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These days, “digital transformation” is an increasingly popular phrase in the business world, and it is challenging organizations to carefully consider how to retool their strategies. Digital transformation doesn’t simply mean to digitize information or move services from manual/analog into a digital format. Rather, digital transformations are an entirely new step change enabled by disruptive technologies. For example, the Internet of Things provides exponential growth of data to mine and empowers smart devices, and autonomous vehicles are shifting the car purchasing habits of consumers. By another name, these are business transformations that are digital at heart, and they require businesses to rethink and change the core of their operations, marketing, services and products. They can create new industries and drive customers into new markets.
If businesses apply disruptive technologies strategically, they have the opportunity to transform, lead or, at least, keep pace with others within their industry. If not, they will have to play catch-up to a digital strategy that someone else has defined, or worse, fade into the business landscape. Companies are currently experiencing a growing sense of urgency to develop and enact digital transformation strategies that will spring them into their next chapter.
Of the many challenges that businesses face in determining what will be needed to sustainably transform — strategy, operations and processes, technology and data, and people — arguably the most challenging are the organizational and people-related aspects. If you’re working with an existing culture, people must unlearn the old processes, thinking, values and behaviors. Consider some organizational challenges you may face and how you can approach them:
• Is the culture set to enable the strategy? Cultures oftentimes turn a dynamic strategy into concrete blocks. Consider the following when approaching your organization’s digital culture:
– Core values: This may be an optimal time to redefine the core values of the organization to align with the transformation.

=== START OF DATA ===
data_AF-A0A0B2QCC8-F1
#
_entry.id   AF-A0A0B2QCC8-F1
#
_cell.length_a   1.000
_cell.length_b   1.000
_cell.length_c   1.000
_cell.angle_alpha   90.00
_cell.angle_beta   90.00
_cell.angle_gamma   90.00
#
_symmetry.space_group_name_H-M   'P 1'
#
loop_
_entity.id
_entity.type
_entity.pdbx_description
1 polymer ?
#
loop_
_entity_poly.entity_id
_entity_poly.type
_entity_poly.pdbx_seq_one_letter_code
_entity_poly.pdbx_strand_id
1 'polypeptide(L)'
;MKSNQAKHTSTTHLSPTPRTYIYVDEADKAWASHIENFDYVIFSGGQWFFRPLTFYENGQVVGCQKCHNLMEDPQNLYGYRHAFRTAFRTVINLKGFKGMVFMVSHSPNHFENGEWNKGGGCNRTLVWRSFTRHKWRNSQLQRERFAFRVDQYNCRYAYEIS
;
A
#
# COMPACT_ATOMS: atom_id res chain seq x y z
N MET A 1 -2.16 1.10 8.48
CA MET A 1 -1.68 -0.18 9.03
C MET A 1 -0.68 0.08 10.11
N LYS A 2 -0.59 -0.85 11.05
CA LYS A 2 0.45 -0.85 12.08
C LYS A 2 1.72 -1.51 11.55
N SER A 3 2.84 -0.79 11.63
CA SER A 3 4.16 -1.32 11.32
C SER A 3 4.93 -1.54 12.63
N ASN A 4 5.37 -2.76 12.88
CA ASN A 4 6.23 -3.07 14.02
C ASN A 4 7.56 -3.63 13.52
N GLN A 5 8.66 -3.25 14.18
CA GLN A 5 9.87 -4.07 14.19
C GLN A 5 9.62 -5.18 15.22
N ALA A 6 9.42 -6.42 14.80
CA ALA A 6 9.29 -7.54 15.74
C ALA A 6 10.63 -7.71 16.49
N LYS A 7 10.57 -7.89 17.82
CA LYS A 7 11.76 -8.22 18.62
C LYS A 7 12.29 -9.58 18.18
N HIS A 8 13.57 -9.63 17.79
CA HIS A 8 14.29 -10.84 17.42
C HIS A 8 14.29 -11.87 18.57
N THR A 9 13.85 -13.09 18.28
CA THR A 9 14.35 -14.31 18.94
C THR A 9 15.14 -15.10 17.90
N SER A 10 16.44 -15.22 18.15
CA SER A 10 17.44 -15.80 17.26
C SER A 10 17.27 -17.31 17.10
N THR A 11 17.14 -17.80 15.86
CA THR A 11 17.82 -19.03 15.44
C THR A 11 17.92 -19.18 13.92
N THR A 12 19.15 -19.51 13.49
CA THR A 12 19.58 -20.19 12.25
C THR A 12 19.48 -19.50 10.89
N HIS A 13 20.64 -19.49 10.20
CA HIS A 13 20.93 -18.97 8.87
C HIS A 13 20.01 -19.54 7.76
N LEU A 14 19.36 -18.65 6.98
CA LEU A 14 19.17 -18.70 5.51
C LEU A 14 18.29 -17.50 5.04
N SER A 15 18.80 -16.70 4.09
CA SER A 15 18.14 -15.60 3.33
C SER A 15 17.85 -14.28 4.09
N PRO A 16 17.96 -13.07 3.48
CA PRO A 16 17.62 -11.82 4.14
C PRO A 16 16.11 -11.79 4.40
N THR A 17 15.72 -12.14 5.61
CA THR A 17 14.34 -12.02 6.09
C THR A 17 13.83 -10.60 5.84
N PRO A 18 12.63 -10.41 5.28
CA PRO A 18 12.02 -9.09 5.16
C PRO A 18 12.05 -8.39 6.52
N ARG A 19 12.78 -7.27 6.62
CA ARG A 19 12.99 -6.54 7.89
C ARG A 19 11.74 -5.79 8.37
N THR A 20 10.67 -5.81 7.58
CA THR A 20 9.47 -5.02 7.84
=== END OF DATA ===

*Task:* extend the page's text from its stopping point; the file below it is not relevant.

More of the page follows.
– Change as a journey: Find ways to open up the culture to the change that lies ahead. Recognize that everyone will be at different points on the change journey, but challenge and invite them to contribute and fuel the transformation. Each person should be able to identify their role in enabling the strategy.
– Cultural acceptance: Track the acceptance of changes within your organization. The results will reveal whether it’s safe to proceed or if you need to retreat and reevaluate.
• Can the culture handle new ways of thinking and working? Create a culture of openness to new ideas, mindsets, people and services from external companies and people you may not have even known existed. Create an understanding within your organization that competing on the same playing field as your competitors may take new kinds of talent and disciplines, smart machines, open innovation, gamification, agile methodology, etc.
• Is the leadership ready to help drive the transformation? All levels of leadership have roles to set the direction and model the behaviors that drive digital transformation. Here are a few ways to establish a leadership model that will help your organization take the next step on the digital journey:
– It takes all levels of leadership to establish, communicate and drive the transformation strategy and evaluate progress, whether it’s the board of directors needed to recheck the core of the business and balance the need for action or change into digital, the COO who needs to establish a new operating model, or the Chief Data Officer who needs to bolster and exploit data for the company’s shifting strategy.